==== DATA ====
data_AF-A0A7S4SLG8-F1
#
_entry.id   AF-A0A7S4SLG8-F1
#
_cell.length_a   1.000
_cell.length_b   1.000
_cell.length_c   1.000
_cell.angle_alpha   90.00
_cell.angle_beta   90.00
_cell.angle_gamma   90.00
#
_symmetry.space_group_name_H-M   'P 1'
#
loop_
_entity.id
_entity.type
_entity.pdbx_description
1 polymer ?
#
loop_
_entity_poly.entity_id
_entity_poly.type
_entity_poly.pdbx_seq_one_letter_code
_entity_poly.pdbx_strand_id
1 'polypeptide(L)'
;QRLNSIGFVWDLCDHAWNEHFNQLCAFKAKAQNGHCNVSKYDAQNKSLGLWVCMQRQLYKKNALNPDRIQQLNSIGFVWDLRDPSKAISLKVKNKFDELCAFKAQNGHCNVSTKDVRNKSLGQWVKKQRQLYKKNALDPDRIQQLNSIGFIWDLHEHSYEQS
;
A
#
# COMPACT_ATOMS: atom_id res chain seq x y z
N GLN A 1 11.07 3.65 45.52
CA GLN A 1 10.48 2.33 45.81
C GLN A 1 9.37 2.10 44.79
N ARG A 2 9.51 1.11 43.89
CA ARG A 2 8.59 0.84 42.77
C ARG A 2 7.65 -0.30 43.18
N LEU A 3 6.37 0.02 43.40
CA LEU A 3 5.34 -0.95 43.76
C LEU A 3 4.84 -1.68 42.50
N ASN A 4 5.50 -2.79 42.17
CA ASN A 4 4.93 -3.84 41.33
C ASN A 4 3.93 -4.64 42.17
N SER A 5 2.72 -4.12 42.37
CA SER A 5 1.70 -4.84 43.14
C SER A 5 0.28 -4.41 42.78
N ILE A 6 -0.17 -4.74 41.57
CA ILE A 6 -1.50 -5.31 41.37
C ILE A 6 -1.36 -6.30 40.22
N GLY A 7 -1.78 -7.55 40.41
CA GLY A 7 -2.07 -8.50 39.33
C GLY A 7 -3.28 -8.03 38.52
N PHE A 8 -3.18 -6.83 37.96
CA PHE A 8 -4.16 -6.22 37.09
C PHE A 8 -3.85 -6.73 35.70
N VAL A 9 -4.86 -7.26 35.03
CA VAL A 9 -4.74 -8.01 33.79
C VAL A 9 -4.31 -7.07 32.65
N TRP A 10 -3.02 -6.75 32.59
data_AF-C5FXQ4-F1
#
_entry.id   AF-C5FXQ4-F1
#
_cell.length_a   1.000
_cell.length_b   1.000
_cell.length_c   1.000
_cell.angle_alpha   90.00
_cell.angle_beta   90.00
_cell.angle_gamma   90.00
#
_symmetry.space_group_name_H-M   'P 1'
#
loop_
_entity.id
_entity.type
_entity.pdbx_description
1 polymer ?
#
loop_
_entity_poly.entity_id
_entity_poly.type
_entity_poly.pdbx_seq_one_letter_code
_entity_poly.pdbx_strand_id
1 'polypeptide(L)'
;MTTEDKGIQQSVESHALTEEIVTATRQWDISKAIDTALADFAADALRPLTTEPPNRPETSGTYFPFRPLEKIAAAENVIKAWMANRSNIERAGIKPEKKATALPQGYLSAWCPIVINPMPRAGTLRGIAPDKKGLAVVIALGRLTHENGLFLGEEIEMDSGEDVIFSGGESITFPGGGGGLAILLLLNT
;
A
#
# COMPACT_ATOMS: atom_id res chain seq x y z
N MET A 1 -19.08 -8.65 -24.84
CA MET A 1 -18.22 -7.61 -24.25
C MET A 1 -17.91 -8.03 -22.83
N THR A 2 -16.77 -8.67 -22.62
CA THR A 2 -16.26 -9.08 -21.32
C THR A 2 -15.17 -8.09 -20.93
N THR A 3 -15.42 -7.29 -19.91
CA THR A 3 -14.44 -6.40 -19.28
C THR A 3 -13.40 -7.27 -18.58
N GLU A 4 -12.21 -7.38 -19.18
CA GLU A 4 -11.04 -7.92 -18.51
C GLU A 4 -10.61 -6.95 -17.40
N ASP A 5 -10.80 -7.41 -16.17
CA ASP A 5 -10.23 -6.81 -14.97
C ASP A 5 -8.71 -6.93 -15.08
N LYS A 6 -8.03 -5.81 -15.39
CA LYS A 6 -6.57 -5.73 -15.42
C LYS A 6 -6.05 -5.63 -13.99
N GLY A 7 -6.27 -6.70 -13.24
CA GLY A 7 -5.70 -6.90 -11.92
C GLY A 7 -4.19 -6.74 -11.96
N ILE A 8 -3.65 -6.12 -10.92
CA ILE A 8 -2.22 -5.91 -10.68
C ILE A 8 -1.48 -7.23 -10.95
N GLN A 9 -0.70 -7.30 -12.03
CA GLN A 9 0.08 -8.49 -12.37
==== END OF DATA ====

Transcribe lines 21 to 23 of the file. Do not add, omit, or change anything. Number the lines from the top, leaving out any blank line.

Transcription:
_entity_poly.entity_id
_entity_poly.type
_entity_poly.pdbx_seq_one_letter_code